Increase in AIDS among adolescents worrying: UNAIDS official
01 December 2015, 07:52
United Nations - A worrying increase in AIDS among adolescents is one of the reasons it is important not to become complacent about HIV and AIDS, Simon Bland, the New York director of UNAIDS, told reporters Monday.
"We need to worry about adolescents - we've seen a tripling in the death rate of adolescents since the beginning of the millennium," Bland at a press briefing here ahead of World AIDS Day on Dec. 1.
"This is no time for triumphalism, it is not time for complacency," he said. "Each year still 2 million people become infected, over a million people die, and in some parts of the world there is little or no progress at all."
Bland said that HIV/AIDS is the second largest cause of death for adolescents globally and that there are 26 new adolescent infections every hour.
Adolescent girls are disproportionately affected, he said, making up seven out of 10 new infections globally, influenced considerably by high infection rates among girls in Sub-Saharan Africa.
"We know in Sub-Saharan Africa the vast-majority of new infections are among young women and girls," he said.
Half of these girls were in just six countries, South Africa, Nigeria, Kenya, India, Mozambique and Tanzania, he said.
Bland said that it was important to understand these differences and that there is no part of the world where the job of addressing AIDS is complete.
Bland said that recent figures from China were a "real concern." The Chinese Center for Disease Control and Prevention (China CDC) said that there were 575,000 people living with HIV/AIDS (PLWHA) by the end of October this year and 177,000 deaths.
Read Also: Fighting AIDS a top priority in western Kenya
He said UN AIDS would work with Chinese authorities to see what's happening in China and offer assistance.
World AIDS Day is an opportunity to think about the past but also to look to the future, said Bland.
"World AIDS Day is an important moment to reflect and to commemorate all those who have lost their lives to this disease," he said, "to reflect on the challenges that face us today, and those that lie ahead."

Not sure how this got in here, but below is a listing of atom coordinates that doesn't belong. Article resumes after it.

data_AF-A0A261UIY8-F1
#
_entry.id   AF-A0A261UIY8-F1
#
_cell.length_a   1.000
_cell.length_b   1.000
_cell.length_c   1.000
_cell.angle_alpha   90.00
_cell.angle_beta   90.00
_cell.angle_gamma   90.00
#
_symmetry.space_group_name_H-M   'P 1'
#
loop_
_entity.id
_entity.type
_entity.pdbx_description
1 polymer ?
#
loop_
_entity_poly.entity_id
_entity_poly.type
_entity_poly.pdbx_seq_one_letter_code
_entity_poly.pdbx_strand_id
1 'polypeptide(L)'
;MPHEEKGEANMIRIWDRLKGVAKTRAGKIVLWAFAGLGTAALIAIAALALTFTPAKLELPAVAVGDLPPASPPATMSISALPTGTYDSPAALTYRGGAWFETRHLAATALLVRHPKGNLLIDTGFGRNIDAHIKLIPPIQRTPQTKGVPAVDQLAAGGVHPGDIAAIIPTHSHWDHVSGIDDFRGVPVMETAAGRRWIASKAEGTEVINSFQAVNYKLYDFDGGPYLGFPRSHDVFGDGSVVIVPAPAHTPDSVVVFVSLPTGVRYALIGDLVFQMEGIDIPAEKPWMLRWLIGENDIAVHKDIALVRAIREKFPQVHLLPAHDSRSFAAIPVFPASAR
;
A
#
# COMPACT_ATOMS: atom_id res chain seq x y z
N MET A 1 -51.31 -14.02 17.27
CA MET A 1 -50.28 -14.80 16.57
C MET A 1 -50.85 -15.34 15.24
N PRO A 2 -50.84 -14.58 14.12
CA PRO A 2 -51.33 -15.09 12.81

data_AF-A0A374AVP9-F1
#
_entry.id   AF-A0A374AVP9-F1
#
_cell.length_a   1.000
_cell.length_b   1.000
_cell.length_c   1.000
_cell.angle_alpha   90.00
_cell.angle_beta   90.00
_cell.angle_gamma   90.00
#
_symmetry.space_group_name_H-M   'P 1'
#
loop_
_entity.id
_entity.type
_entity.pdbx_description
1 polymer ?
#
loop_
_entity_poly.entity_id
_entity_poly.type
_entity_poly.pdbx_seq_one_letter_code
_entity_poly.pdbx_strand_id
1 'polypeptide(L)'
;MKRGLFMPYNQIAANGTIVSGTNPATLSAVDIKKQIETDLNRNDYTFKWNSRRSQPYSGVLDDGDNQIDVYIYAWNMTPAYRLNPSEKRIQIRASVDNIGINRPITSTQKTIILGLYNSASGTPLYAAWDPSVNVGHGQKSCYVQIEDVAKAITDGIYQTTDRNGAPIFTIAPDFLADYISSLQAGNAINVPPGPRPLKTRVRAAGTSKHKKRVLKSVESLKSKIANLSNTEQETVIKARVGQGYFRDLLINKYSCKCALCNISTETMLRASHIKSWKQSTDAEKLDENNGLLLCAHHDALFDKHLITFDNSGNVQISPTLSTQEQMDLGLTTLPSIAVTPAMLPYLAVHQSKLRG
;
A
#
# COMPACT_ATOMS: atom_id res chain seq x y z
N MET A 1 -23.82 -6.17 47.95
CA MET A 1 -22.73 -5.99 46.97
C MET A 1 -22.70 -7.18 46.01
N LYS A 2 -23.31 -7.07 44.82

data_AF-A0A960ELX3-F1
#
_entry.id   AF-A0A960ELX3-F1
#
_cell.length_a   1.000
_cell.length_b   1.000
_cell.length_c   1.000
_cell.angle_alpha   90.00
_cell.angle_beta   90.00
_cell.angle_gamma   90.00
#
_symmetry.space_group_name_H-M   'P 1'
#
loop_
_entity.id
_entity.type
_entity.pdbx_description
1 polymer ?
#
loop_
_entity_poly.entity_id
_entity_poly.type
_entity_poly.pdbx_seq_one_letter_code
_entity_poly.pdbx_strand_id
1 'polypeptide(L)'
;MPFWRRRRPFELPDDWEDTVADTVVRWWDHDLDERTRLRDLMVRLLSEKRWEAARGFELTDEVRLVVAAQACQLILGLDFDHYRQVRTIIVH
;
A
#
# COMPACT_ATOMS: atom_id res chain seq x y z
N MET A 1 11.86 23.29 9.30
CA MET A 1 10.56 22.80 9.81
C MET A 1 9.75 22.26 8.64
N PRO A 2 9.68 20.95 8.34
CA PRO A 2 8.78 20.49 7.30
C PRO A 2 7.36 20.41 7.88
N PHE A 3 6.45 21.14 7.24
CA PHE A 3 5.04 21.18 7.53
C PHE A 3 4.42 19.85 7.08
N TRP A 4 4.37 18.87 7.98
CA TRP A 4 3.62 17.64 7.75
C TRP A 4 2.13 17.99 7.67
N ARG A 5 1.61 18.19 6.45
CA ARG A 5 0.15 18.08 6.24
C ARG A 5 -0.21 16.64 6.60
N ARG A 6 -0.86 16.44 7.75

The Day is also an opportunity to reflect on progress made in the fight against HIV/AIDS. A lot has changed since the 1980s and 1990s when HIV/AIDS was considered an inevitable death sentence, said Bland.
For example, due to considerable efforts, the price of antiretroviral treatment has reduced from 10,000 dollars per patient per year to now around a hundred dollars per patient per year.
Also notably, Cuba was certified as being free of mother to child transmission earlier in 2015, he said.
Innovation such as rapid diagnostics have also made it easier to test for HIV and AIDS. Yet in this area much more progress is still needed. Of the estimated 37 million people living with HIV, around 19 million do not know their status, said Bland.
However, while infections and deaths from AIDS have decreased considerably from their peak in 2000 and 2001, respectively, Bland warned that this progress is fragile, unfinished and reversible.
Tackling the growing problem among youth, he said, would mean making sure that young people are empowered, he said. "The youth are going to be part of the solution and certainly need to have a stronger voice," said Bland.
For the latest on national news, politics, sport, entertainment and more follow us on Twitter and like our Facebook page!